Presumably Musk has an appreciation of tech history, and realizes that for his cars to really sell he needs filling stations, and that means more electric vehicles to justify the infrastructure development and that means more manufacturers of EV's. which means compatible power connectors. musk will go broke if he tries to do the EV infrastructure himself.

      reply to this | link to this | view in chronology ]

  • identicon
    RD, 18 Feb 2015 @ 9:43am

    Funny thing about Apple

    Funny that Apple jumped on using Tesla's tech like 4 *seconds* after they opened the patents up, but spent a ton of resources suing Samsung. Gotta love naked hypocrisy.

    reply to this | link to this | view in chronology ]

  • identicon
    Yes, I know I'm commenting anonymously, 18 Feb 2015 @ 9:58am

    To draw a parallel: this guy would say that Wall Street should not trade in (fossil fuel) motor companies because none of them have their own special petrol, fuel-hose plugs and petrol stations.

    The charging infrastructure is the pivotal element for the acceptance of the electric car. The way a battery was built two years ago is not.

    reply to this | link to this | view in chronology ]

  • identicon
    Anonymous Coward, 18 Feb 2015 @ 10:06am

    That,s why common standards and protocols are important to grow an industry,
    see usb ,wifi, http, ssl,vhs etc
    etc imagine if there was 20 different wireless standards,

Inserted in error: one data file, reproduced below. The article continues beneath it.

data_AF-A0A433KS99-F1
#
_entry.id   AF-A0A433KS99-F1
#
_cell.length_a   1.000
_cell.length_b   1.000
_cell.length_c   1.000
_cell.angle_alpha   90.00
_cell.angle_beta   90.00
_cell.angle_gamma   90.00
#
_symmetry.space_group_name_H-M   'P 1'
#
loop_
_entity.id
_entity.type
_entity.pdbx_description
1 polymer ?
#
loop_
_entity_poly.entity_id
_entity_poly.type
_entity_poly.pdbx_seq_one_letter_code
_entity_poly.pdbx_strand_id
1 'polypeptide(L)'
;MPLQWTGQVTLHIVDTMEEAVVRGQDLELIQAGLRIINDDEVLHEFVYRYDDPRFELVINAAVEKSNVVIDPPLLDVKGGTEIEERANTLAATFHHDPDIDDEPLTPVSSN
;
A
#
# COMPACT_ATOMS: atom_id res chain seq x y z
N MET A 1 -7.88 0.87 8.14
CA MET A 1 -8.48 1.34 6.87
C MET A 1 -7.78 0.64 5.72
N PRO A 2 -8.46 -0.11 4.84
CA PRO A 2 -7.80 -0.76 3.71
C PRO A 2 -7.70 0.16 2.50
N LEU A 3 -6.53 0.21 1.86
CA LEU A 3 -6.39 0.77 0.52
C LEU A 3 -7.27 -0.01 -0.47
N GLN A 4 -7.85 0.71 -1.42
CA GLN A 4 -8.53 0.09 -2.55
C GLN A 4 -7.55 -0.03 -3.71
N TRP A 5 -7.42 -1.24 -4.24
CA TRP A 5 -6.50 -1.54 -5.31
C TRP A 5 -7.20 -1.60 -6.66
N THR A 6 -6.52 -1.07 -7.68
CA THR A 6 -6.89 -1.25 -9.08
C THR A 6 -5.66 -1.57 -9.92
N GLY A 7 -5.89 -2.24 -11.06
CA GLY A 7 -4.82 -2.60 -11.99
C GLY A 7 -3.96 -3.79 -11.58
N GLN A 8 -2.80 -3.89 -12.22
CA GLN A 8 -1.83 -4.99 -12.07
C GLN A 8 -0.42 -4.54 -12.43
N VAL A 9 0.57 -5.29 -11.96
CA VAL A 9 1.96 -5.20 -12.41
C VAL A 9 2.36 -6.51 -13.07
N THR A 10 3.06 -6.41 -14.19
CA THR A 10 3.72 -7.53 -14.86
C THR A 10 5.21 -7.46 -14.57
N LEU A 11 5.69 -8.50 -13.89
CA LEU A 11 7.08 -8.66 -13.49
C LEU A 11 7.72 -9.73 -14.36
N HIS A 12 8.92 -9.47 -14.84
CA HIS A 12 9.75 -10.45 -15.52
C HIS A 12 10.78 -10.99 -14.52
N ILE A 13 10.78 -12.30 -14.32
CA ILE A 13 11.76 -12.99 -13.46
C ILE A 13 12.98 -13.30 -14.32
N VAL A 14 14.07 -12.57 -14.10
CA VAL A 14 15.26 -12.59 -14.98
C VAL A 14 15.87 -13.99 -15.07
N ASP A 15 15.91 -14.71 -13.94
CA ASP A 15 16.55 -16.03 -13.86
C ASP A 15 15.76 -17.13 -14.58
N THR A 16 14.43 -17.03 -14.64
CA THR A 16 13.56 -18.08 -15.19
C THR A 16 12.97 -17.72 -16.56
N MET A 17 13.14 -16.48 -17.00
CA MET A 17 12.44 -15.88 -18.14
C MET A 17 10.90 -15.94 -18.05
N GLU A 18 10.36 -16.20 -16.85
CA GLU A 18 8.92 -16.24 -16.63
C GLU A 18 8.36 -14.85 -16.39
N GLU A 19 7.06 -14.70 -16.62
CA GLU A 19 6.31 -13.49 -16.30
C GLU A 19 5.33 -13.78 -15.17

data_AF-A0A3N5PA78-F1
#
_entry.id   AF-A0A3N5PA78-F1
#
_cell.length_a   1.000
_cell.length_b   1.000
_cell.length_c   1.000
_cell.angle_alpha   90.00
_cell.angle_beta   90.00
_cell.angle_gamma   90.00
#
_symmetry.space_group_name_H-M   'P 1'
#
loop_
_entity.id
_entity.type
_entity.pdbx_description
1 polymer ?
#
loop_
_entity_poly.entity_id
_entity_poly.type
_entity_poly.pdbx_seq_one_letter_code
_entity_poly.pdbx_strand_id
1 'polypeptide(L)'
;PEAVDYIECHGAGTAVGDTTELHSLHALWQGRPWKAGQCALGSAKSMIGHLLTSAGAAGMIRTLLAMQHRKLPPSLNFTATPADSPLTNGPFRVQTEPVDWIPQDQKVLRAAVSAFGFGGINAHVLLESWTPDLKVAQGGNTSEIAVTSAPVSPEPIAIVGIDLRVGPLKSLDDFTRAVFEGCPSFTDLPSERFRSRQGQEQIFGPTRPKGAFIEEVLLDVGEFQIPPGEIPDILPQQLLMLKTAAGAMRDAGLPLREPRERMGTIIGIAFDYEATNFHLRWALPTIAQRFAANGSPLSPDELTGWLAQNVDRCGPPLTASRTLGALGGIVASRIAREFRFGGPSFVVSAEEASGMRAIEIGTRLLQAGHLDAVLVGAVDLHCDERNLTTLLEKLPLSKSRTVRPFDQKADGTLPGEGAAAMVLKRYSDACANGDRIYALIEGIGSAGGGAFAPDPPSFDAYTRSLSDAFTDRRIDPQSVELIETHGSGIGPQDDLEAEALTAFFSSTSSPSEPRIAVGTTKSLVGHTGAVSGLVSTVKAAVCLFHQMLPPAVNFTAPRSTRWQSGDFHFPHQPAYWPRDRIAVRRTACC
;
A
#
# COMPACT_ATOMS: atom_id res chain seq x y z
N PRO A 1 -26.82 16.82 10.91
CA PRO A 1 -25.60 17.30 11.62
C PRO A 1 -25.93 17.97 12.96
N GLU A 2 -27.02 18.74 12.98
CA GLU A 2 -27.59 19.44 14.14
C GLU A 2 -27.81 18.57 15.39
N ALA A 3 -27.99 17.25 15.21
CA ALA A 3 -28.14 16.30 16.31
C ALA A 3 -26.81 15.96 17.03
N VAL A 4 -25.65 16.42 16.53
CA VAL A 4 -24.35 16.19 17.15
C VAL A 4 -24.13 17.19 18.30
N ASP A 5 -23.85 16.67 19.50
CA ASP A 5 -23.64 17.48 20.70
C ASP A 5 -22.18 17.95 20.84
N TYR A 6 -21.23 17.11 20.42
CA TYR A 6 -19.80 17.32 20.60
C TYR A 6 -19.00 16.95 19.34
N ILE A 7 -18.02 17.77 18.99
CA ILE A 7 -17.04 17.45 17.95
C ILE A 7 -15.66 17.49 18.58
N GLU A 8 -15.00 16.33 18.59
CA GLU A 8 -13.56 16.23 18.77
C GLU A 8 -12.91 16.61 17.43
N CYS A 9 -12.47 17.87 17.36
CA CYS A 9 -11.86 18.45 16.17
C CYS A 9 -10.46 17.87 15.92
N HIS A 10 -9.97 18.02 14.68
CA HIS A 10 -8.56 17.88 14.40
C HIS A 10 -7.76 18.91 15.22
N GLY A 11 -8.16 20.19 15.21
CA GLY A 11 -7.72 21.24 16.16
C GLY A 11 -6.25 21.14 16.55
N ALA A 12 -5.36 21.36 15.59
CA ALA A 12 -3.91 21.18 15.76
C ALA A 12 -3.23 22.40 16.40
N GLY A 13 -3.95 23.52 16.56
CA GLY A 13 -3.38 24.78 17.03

routers would be more expensive,
    tablets would be more expensive,
    as they have to have more wifi chips ,installed .for different company,s routers and wireless standards.
    see rim ,its got loads of patents,
    its failing to get people to buy its new phones .

    when you see a company relying on its patents ,
    and sueing other companys ,
    you know that company is in decline.
    APPLE makes most of its money by making great products,
    not by sueing people over patents.

    All phone companys ,consumers , are saving money now as there s now, one standard usb phone charger,IN the eu,
    and it saves the environment as we used to have
    30 different size of chargers,with different voltages
    and connector type for phones .

    reply to this | link to this | view in chronology ]

    • identicon
      Anonymous Coward, 18 Feb 2015 @ 10:34am

      Re:

      Remove this paragraph and you got a pretty good post

      when you see a company relying on its patents ,
      and sueing other companys ,
      you know that company is in decline.
      APPLE makes most of its money by making great products,
      not by sueing people over patents.

      reply to this | link to this | view in chronology ]

    • icon
      monkeyman34 (profile), 22 Jun 2016 @ 8:26am

      Re:

      @Anonymous Coward, i don't understand why Tesla has never made any profits. I guess either they don't have enough revenue or their costs are too high, or both. Do you have any insight into Tesla's financial situation? Thanks.

      reply to this | link to this | view in chronology ]

  • identicon
    Ed Allen, 18 Feb 2015 @ 11:00am

    History could shed some light here

    Orville Wright developed the idea of twisting a plane´s wings to enable lateral control of the craft.
    For this great idea, the Wright Brothers were the recipients of an early “pioneer patent” –
    a right not only to the specific invention, but to the general concept.
    Even though Curtis developed flaps and ailerons on the wings to bring control to the craft,
    the Wrights fought in the courts (and often won) to stop him and other rivals
    from trespassing on their turf of general aircraft control.